Nearly half a million pounds wasted on MOT test fails

This is according to new research which has been published by What Car? magazine which investigated the most common simple reasons for MOT test failures.

The research focuses on a period between August 2012 and August 2013, when 285,236 MOT test failures were recorded. Nearly four per cent of these failures were on cars having their first test and the reasons for failure could have been easily foreseen and avoided.

Out of all these easily avoidable failures, the most common reason for these particular failed MOT tests was because owners had not topped up the screenwash. This oversight was responsible for 4,649 cars failing their test according to the research.

The next most common simple reason for failure was because of the car being too dirty or full of clutter to complete the test. This problem accounted for 2,852 failures in the researched period.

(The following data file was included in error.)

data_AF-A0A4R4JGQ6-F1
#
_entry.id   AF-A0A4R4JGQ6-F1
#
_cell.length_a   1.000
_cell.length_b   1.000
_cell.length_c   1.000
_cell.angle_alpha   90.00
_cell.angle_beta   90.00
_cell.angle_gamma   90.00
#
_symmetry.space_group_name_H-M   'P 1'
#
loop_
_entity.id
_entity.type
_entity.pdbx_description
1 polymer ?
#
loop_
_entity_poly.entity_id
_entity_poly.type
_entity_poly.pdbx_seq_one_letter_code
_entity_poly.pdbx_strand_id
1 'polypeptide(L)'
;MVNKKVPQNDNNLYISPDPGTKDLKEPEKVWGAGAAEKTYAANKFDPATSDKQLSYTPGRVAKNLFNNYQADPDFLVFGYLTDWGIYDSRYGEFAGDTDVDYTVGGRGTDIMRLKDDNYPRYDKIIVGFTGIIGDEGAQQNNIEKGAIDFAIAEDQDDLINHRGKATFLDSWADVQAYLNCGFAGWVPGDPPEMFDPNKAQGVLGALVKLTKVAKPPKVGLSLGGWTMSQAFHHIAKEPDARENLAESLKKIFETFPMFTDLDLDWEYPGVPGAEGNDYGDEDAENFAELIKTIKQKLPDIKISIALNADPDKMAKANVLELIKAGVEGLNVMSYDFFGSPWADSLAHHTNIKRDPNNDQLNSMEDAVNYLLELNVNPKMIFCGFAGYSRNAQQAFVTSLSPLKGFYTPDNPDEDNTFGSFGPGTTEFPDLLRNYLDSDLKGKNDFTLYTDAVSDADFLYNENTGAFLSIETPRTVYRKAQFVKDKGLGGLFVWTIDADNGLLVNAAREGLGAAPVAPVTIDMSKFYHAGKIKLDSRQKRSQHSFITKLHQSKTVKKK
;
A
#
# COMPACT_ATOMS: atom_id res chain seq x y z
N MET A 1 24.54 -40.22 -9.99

Following this in the most common reasons was registration plate anomalies such as incorrect font/spacing or having the plate missing or too dirty. This accounted for 1,398 of MOT test failures.

1,055 cars failed their first MOT test because of stickers on the windscreen which were blocking the driver’s view. 799 cars failed the MOT test because of a warning light displayed on the vehicle’s dashboard.

With an average MOT test price at £45, it means the 10,753 cars that failed their first test amounts to £483,885 wasted by UK motorists.

The consumer editor for What Car? magazine, Emma Butcher, commented: "There are some really simple things that every motorist can do to help a three-year-old car pass its first MOT test, but it’s amazing how many people don’t do them.

"Many people probably don’t even realise that MOT testers can refuse to test your car if it’s too dirty or full of clutter.

"However, most know there are rules about having a standardised registration plate and yet we found 29 people whose car failed because their numberplate was the wrong colour, and 114 who presented their car without a number plate at all."

All cars in Britain aged three years or older are legally required to come with a valid MOT certificate. To receive such a certificate, vehicles must undergo a yearly MOT test to confirm whether it is roadworthy.